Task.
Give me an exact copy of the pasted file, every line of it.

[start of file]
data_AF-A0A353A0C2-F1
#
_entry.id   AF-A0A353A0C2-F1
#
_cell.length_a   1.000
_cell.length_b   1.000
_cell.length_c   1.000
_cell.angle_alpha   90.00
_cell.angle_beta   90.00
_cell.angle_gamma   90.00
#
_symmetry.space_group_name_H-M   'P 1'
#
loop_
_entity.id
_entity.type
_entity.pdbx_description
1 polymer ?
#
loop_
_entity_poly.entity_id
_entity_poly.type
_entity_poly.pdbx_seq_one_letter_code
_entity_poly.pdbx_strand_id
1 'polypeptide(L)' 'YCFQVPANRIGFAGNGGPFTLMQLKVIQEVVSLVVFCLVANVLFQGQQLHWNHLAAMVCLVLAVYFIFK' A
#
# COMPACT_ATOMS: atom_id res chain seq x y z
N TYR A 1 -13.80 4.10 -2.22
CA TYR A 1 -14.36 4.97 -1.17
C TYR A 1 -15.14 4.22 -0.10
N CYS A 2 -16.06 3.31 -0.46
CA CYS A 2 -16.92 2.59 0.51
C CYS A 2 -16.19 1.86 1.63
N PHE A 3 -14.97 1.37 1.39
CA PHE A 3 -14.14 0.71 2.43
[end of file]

data_AF-A0A353A0C2-F1
#
_entry.id   AF-A0A353A0C2-F1
#
_cell.length_a   1.000
_cell.length_b   1.000
_cell.length_c   1.000
_cell.angle_alpha   90.00
_cell.angle_beta   90.00
_cell.angle_gamma   90.00
#
_symmetry.space_group_name_H-M   'P 1'
#
loop_
_entity.id
_entity.type
_entity.pdbx_description
1 polymer ?
#
loop_
_entity_poly.entity_id
_entity_poly.type
_entity_poly.pdbx_seq_one_letter_code
_entity_poly.pdbx_strand_id
1 'polypeptide(L)' 'YCFQVPANRIGFAGNGGPFTLMQLKVIQEVVSLVVFCLVANVLFQGQQLHWNHLAAMVCLVLAVYFIFK' A
#
# COMPACT_ATOMS: atom_id res chain seq x y z
N TYR A 1 -13.80 4.10 -2.22
CA TYR A 1 -14.36 4.97 -1.17
C TYR A 1 -15.14 4.22 -0.10
N CYS A 2 -16.06 3.31 -0.46
CA CYS A 2 -16.92 2.59 0.51
C CYS A 2 -16.19 1.86 1.63
N PHE A 3 -14.97 1.37 1.39
CA PHE A 3 -14.14 0.71 2.43